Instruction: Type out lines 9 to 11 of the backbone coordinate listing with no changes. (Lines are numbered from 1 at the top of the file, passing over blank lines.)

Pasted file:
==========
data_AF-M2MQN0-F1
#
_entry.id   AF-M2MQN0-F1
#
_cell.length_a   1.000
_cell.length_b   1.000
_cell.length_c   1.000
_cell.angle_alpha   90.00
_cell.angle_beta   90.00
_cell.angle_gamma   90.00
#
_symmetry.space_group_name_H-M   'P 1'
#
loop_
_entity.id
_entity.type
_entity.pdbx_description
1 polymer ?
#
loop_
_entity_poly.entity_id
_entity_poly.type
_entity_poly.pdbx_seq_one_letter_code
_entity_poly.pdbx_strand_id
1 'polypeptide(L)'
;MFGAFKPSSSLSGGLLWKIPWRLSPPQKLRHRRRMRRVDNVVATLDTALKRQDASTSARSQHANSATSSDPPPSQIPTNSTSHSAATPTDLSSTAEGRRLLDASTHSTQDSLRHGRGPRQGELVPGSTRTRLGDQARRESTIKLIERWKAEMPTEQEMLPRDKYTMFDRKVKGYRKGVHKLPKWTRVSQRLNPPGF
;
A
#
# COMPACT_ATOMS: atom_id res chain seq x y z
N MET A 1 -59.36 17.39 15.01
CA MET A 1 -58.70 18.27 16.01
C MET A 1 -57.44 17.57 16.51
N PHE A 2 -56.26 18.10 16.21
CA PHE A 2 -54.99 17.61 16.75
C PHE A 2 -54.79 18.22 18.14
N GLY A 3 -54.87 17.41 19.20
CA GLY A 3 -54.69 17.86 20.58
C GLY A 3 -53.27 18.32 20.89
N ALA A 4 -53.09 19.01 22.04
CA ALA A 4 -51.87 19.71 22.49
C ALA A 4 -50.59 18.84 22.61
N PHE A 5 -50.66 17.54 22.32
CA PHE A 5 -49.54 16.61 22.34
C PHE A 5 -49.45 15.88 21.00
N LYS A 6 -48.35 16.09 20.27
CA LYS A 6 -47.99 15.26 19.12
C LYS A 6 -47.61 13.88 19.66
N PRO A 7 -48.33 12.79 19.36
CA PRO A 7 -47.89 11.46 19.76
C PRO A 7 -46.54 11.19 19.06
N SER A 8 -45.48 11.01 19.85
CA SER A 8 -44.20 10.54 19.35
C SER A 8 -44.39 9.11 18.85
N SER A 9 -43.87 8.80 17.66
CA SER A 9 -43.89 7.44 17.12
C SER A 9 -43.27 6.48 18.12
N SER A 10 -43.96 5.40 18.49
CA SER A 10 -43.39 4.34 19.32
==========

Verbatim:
_cell.angle_beta   90.00
_cell.angle_gamma   90.00
#